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Messages - kthomson

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General Mach Discussion / Re: Engraving with mach3 ?
« on: October 27, 2009, 08:41:04 PM »
I believe you are going to have to use a program that allows you to save text as curves. I've done it (not with Arabic) using Corel. You can export the text as curves using an output that your CAM software will recognize, and when opened it sees it as a graphic rather than text. (You may have to 'trace' the outline to get a usable file.)

It's true that all software has it's glitches and quirks. As you said, once I knew what to call the problem (I found the crop circle reference after describing the problem on the board) I found PLENTY of information on them. This fact in itself would indicate that it is a problem that should have been addressed long ago. Oddly, the crop circles aren't even the real glitch, I'm sure there is a mathematical reason that the program sees these line segments as circles. The real glitch is the fact that they don't show up in the cut path, you only find them in the middle of a part when it destroys your work.

The 'crop circle' issue seems to be one that has gone back for several releases. If you look on their support forum and use the search term 'crop circle' you will find MANY messages relating to this issue. The last contact I had with them stated that many of these issues have been addressed in later releases (again, I was using version 20 and they are up to 23). They wanted me to upgrade to (maybe) correct these problems (for the upgrade price of $800.00 or more).

I was using a Mach3 post processor.

As to the learning curve on BobCAD, that wasn't my issue, it was the clumsiness and unnecessary selections. For instance:

In BobCAD, to 'MOVE' an object you have to select the objects, then click on 'Change' then 'Translate' (what the hell does that mean, I want to MOVE an object), then select the method. You can select 'Increment' then enter an X coordinate ,then a Y coordinate, then OK to move it, or select 'Snap' and select the snap coordinates, etc.. In AutoCAD you select the objects, right-click, select 'Move', then you can (for increment) just type '@1,1' to move it over 1 and  up 1 , or click on any 'snap' point and select another snap point and it is moved, or you can enter the new coordinates. All with a single mouse click and some typing.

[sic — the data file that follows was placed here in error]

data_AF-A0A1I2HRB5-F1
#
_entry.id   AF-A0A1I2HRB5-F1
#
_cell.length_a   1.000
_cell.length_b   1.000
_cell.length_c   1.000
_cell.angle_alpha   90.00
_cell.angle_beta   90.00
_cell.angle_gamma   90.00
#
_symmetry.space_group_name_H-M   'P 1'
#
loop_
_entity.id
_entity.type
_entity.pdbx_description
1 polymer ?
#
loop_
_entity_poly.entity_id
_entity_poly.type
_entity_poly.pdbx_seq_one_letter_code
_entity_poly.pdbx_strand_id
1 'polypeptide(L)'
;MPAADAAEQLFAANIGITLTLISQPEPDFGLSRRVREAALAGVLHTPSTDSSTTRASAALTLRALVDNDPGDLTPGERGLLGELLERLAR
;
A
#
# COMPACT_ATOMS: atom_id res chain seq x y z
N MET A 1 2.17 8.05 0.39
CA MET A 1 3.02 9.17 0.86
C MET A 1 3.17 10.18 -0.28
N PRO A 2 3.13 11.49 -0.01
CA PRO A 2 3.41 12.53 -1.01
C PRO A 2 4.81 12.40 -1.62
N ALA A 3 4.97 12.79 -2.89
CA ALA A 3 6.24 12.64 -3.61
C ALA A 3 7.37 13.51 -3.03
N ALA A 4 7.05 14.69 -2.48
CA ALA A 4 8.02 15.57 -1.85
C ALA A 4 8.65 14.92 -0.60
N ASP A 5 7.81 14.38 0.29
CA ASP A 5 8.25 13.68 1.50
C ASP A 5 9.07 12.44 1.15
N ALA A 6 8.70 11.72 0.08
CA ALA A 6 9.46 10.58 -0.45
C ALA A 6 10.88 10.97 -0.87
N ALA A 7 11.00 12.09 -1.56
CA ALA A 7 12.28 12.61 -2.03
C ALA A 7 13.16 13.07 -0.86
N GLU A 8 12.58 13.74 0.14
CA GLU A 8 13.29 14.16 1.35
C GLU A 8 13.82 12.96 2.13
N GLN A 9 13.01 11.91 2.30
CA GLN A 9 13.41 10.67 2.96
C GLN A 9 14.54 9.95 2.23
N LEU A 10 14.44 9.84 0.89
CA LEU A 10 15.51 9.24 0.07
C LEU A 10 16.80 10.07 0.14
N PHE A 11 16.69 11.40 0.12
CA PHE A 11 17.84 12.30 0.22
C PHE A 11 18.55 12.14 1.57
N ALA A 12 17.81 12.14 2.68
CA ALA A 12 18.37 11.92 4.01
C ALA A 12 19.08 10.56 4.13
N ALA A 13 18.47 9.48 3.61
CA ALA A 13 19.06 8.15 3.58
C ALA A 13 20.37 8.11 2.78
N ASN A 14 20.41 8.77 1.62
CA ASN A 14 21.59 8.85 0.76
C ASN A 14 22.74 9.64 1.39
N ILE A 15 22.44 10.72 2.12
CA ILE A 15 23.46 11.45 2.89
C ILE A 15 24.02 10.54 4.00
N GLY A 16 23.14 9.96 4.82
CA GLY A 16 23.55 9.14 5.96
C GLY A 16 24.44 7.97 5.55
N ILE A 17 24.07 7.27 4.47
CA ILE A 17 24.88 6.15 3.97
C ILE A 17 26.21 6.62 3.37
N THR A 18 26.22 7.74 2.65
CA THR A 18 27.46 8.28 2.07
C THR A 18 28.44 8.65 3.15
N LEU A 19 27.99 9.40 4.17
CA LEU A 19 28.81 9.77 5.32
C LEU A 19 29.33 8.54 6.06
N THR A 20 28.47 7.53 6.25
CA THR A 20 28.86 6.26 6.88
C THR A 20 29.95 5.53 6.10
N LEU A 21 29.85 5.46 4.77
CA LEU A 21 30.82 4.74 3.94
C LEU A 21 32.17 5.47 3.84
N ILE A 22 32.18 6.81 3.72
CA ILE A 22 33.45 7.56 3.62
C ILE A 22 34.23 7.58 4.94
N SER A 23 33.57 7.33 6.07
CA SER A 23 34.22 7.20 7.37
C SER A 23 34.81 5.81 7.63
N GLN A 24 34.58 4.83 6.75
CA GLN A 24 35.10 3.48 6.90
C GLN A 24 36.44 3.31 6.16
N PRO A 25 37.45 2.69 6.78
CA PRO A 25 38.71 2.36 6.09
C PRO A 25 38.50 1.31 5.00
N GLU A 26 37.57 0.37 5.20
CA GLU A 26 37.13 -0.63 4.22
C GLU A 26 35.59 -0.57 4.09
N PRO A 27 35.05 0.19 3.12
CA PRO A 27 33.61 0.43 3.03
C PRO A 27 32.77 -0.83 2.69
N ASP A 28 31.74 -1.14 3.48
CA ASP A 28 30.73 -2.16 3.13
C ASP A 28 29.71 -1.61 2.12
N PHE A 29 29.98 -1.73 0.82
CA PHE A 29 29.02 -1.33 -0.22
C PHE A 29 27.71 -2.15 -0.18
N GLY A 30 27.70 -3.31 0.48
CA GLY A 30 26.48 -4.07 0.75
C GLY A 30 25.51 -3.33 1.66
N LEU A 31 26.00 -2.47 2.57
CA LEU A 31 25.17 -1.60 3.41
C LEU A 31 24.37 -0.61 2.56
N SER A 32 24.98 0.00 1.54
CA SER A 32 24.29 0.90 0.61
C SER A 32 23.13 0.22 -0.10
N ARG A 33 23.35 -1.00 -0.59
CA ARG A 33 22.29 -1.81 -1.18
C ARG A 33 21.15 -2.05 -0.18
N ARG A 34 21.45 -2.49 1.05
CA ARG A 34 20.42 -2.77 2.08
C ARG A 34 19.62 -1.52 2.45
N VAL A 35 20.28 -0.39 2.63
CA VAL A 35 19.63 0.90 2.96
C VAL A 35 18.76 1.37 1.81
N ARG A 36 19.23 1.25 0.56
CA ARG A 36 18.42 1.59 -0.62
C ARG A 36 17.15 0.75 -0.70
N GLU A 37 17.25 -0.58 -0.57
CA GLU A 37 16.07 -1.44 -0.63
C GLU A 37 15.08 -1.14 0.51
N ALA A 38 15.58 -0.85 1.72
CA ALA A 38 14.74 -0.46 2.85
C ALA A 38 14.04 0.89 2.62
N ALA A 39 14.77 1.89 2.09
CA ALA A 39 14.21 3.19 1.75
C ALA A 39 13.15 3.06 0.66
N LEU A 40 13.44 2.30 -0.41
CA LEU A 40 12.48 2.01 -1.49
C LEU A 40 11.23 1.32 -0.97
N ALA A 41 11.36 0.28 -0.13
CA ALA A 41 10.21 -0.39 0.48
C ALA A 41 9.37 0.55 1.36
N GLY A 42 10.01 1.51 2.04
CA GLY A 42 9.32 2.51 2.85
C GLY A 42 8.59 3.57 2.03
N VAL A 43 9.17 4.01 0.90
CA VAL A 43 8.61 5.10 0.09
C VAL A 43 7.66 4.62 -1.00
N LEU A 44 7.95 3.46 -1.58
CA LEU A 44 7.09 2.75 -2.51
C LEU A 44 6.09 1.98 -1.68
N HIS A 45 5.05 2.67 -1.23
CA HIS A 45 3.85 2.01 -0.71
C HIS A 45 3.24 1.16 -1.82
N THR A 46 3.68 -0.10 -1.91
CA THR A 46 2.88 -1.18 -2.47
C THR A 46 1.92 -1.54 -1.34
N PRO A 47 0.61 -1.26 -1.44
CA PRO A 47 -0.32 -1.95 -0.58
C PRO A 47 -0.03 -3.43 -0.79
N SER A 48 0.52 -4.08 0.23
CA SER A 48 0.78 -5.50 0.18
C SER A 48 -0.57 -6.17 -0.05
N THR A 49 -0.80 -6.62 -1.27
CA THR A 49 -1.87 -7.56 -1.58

In BobCAD, to trim/extend an object you go through the same thing. Several menu selections to get to the point that you can trim/extend anything. In AutoCAD you simple select trim or extend, select the trim/extend lines, the proceed to trim/extend as many objects as you want.

My biggest peeve is that in BobCAD the scroll button acts as a PAN function which is worthless (there may be a way to change this but I was never able to find it in their 'documentation'). In most other programs the scroll button acts as a zoom in/out. When trying to create a GCode file from BobCAD it would often not see a string as complete (usually a .005 or less gap in the string). I had to zoom in to EVERY intersection many times to find the break. Since the scroll button acted as a 'PAN' instead of 'ZOOM' I had to continually 'CROP' the intersection, zoom in, crop again, zoom in, etc. sometimes as many as 6 or 8 times to find the break. In AutoCAD I put my cursor on the intersection and used the scroll button to zoom in as much as necessary.

Don't get me wrong, BobCAD worked for me for several years. I used it from 2003 until just recently, but the more complex my drawings got the more glitches I found and the more work I had to do to get them to work without destroying material. I think the 'crop circles' were just the final straw to get me to find something better for my purposes. So far, VCarve has answered that. I have yet to have a single cut error using VCarve, and I'm cutting MUCH more complex drawings than I ever did with BobCAD.


My approach was a straight plunge.

The lines I was cutting were often multiple line segments, which I tried to clean up, convert to arcs, etc. but a crop circle would still sneak in on me occasionally. I used cleanup and optimize, which helped a little in some instances, but I did a sign using and Old English font, which drove it crazy. The crop circle (term used on their forum) was a random event. It you could have two identical letters and it would have a problem with one and not the other.

I found that in every case there would be an errant line of code that was easily identified. I wrote a program that would read the GCode file, identify the bad lines of code, and eliminate them. I just got tired of jumping through so many hoops for a simple 2D cut path.

The only thing I used BobCAD for was GCode generation. I do all of my CAD work in AutoCAD. BobCAD's CAD program was atrocious. It was very clumsy, non-intuitive, and generally poorly conceived. I was using version 20, and BobCAD's people told me that some of this was addressed in the newer versions, but they wanted more for the upgrade than I paid for VCarve Pro, and it has yet to have a single glitch. So far, I think I made a good decision on switching, and am looking forward to upgrading to Aspire when I can afford it.